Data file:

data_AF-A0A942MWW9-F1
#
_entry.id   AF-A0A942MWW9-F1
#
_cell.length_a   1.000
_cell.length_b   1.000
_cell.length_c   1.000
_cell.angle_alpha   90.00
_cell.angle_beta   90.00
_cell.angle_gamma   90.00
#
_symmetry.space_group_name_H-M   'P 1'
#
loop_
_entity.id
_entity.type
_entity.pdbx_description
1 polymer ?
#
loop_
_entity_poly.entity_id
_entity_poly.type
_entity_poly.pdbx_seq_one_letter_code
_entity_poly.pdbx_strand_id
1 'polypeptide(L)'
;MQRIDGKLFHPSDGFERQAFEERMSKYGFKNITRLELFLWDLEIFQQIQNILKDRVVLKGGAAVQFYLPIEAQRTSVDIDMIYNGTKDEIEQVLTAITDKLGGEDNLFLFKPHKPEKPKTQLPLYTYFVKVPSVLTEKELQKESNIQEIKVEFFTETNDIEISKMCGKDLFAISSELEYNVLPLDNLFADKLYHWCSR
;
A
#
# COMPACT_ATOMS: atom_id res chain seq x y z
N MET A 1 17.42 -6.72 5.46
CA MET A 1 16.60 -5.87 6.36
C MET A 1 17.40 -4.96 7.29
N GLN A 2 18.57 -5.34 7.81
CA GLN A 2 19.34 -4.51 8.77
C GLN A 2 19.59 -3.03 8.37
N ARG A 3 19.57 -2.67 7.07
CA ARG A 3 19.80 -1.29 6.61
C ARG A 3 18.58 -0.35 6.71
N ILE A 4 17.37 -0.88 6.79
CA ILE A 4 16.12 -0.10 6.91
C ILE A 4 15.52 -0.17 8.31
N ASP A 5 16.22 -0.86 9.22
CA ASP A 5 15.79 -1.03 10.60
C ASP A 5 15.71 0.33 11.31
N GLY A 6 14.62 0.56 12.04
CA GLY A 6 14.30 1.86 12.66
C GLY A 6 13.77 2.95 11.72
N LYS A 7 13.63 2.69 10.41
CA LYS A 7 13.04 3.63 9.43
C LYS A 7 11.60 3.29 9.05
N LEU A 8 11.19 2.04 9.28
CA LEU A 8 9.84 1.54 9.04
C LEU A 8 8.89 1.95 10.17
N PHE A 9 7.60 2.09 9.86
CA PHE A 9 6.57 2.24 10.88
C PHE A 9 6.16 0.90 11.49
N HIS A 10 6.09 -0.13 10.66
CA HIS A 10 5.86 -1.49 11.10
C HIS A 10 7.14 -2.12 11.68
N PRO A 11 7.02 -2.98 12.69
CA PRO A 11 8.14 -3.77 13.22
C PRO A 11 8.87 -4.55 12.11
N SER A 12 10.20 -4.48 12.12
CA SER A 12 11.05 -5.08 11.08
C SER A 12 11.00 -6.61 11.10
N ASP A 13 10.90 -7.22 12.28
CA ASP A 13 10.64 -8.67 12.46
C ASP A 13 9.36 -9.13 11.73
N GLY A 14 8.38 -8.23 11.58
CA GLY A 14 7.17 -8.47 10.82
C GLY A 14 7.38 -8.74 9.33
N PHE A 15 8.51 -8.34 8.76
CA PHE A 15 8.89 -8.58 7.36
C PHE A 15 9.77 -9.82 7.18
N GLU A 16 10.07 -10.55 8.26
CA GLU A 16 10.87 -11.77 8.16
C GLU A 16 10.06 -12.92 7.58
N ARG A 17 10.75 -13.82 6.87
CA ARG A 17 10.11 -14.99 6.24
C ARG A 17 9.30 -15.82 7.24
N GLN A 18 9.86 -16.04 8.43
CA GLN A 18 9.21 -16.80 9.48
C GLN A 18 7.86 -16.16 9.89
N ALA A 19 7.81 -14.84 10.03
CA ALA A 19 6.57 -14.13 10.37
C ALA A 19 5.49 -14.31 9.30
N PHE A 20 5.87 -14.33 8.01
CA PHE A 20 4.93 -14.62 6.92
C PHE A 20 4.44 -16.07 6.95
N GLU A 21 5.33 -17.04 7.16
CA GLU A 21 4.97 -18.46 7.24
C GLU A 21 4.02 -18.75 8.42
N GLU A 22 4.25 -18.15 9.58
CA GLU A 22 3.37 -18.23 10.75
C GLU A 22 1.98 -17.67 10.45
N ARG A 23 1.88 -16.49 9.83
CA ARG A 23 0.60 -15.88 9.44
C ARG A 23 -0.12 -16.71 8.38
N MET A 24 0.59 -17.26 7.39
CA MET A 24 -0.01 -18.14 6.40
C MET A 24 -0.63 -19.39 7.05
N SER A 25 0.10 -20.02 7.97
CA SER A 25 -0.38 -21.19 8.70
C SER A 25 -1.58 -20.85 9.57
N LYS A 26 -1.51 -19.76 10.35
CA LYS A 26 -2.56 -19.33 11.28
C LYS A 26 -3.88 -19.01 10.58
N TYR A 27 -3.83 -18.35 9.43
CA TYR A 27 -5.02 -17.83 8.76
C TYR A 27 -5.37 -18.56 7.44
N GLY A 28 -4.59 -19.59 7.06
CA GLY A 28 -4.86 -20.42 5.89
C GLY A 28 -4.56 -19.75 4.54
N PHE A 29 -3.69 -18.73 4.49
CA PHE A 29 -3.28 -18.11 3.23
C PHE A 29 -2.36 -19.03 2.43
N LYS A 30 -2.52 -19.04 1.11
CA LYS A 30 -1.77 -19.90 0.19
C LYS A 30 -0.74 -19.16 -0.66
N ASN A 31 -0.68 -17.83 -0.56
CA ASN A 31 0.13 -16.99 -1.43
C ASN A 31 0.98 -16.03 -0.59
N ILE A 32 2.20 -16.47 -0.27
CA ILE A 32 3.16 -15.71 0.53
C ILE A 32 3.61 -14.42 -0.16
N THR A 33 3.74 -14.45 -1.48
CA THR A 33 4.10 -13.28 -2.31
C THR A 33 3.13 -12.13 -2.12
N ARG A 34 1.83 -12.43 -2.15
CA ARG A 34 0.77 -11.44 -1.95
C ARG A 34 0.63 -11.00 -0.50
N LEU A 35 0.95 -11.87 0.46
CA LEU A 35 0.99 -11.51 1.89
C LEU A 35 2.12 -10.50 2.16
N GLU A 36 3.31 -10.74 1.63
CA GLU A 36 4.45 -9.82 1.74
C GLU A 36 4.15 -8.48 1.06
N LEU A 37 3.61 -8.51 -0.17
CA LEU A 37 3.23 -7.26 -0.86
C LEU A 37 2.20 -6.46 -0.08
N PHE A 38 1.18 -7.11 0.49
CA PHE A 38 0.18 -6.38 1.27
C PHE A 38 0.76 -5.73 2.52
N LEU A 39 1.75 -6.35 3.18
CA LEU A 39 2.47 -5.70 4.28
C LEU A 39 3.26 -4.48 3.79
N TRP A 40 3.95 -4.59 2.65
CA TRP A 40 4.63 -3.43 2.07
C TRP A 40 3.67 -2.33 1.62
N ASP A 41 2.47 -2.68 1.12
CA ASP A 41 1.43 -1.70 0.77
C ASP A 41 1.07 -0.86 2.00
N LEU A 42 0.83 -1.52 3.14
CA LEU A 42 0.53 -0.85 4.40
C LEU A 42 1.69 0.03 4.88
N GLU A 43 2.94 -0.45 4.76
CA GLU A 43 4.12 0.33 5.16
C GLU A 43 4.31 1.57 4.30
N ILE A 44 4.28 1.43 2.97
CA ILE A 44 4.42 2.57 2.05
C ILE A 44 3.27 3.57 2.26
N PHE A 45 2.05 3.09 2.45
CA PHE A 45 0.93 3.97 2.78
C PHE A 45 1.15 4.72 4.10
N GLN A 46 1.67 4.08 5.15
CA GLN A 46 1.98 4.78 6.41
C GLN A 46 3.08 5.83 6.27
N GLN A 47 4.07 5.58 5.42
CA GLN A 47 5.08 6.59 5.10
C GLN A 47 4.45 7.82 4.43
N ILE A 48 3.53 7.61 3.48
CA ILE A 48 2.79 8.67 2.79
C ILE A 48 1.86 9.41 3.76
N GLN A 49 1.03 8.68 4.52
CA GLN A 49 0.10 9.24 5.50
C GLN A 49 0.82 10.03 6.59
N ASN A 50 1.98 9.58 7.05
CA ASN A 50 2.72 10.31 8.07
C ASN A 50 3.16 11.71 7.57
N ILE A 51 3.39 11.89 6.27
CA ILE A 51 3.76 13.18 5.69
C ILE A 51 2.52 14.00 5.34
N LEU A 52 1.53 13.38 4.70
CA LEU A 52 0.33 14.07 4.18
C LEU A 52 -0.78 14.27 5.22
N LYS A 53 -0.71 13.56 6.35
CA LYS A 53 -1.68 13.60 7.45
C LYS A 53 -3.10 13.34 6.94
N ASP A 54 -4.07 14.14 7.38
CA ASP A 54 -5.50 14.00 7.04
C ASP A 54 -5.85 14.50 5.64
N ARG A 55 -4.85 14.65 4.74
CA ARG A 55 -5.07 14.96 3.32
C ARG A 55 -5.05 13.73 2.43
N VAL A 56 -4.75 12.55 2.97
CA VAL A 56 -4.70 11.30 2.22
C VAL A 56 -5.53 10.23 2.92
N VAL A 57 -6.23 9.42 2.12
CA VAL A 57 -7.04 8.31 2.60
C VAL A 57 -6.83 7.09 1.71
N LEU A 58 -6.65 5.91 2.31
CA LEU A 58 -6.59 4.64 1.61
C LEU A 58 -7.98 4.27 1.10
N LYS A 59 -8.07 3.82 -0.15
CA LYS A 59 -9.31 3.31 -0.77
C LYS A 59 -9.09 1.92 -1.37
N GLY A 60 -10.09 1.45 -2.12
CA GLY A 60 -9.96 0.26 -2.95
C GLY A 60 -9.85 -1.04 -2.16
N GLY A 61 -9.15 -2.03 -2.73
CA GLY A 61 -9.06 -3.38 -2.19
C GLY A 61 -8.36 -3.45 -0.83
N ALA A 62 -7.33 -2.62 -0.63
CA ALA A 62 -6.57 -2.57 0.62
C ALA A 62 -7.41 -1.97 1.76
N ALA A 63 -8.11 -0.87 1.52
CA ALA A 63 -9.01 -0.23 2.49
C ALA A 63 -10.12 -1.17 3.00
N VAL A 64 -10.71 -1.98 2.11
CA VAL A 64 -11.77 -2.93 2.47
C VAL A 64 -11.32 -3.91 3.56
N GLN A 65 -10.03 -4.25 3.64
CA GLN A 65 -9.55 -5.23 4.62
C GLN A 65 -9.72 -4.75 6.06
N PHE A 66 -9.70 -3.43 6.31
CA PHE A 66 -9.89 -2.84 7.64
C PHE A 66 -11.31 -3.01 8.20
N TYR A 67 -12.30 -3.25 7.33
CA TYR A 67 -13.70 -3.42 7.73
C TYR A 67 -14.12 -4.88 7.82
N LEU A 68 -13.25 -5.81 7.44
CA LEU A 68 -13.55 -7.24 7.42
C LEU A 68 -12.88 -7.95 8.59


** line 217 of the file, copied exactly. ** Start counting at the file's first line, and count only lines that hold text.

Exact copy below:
N ALA A 63 -8.11 -0.87 1.52